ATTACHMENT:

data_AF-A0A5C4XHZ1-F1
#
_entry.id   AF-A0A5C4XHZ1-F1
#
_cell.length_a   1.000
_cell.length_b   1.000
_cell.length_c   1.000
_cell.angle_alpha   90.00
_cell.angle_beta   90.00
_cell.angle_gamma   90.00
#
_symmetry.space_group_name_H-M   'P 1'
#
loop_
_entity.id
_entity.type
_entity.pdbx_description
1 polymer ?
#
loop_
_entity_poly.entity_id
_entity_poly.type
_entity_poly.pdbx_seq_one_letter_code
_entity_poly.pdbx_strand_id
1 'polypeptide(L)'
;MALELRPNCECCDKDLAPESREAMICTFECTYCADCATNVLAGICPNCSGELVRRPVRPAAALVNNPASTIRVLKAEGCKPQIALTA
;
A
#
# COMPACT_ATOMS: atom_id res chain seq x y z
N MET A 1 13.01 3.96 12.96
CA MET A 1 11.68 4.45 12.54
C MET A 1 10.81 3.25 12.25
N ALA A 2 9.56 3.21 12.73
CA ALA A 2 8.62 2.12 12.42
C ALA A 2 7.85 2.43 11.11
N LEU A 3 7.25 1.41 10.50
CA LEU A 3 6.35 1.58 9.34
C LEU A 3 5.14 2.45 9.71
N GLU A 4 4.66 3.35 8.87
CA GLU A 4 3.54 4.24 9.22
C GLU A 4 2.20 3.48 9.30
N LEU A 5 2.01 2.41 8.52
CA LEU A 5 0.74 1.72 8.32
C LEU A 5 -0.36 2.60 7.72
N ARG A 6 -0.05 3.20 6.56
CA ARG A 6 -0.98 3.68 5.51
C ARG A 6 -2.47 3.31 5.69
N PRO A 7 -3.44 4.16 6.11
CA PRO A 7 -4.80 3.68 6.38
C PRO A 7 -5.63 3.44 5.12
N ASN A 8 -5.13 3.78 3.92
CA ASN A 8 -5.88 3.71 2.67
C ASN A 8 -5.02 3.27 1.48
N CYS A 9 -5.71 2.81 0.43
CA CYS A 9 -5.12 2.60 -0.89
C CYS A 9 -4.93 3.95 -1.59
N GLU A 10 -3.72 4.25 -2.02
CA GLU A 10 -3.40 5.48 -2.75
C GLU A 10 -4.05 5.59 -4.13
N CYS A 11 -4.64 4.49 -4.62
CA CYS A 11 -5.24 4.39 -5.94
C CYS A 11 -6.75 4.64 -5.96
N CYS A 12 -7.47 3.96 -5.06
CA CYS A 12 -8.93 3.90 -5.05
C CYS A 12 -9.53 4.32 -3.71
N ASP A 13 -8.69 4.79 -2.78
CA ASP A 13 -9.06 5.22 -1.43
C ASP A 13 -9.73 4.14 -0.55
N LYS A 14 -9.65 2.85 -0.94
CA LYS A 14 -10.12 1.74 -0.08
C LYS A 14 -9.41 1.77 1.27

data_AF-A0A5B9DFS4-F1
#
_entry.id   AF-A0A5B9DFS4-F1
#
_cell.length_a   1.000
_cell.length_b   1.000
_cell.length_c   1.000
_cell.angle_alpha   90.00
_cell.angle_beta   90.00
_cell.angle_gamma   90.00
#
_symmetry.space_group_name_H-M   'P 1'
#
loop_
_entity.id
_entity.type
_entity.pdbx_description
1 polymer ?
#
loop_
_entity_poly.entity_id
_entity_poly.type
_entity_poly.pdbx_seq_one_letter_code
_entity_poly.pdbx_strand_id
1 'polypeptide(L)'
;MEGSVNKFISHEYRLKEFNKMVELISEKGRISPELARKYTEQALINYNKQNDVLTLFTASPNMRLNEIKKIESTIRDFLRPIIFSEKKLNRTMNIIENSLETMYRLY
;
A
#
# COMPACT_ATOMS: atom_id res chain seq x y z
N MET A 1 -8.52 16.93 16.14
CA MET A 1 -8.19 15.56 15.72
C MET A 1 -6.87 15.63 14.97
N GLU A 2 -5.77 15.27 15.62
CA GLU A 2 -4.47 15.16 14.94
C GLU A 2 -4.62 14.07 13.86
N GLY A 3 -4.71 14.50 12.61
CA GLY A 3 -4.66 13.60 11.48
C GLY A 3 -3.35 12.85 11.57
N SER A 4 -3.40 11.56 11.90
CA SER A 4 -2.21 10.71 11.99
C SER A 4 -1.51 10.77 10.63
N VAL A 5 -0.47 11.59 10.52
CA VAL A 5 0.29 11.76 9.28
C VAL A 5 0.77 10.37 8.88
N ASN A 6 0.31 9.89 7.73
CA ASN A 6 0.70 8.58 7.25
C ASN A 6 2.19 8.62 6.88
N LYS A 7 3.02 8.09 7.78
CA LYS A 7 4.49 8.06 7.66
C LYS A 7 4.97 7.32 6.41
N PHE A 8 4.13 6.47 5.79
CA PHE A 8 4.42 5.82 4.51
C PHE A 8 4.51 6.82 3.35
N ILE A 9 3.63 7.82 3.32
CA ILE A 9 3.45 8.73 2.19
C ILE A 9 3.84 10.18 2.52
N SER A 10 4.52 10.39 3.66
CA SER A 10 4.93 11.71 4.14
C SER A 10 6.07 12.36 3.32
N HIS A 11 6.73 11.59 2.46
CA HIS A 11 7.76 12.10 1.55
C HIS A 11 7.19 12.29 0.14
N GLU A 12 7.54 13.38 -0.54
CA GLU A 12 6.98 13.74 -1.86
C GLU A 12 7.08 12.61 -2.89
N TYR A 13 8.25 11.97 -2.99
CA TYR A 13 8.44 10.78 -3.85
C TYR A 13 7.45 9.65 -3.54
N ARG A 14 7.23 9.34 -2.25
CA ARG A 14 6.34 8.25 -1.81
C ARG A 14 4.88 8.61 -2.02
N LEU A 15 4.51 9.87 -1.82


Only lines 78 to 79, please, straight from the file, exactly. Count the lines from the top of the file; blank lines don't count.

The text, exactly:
_cell.length_b   1.000
_cell.length_c   1.000